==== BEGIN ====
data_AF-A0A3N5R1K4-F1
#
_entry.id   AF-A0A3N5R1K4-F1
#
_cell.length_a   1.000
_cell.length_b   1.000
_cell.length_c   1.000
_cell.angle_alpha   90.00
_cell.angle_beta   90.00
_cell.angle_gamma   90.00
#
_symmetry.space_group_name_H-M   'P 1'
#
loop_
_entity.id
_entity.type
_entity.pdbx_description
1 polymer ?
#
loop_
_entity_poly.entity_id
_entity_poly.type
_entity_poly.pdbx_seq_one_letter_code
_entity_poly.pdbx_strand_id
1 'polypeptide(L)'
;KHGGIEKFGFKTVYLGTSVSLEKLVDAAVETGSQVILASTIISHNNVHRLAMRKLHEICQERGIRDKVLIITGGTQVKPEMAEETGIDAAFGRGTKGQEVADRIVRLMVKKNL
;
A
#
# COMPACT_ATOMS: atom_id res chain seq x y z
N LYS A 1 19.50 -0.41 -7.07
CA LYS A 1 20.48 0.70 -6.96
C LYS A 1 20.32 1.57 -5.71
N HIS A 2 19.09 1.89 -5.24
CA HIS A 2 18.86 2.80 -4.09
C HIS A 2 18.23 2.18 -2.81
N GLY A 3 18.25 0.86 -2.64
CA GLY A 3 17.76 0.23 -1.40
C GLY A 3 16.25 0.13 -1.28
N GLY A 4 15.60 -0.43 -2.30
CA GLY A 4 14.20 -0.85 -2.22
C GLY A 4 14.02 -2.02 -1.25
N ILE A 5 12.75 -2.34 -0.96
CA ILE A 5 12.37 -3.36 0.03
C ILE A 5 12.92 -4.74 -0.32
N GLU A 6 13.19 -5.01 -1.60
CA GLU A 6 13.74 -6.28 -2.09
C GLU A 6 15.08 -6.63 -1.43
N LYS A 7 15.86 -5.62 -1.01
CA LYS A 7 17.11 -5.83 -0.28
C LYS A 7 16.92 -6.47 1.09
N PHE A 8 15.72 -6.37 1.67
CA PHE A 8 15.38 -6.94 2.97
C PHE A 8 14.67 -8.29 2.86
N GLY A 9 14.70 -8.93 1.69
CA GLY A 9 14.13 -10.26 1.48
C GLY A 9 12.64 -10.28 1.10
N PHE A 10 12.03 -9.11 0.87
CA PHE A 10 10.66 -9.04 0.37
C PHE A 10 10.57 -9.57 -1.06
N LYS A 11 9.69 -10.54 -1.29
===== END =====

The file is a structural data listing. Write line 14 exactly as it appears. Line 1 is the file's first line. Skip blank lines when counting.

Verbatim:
loop_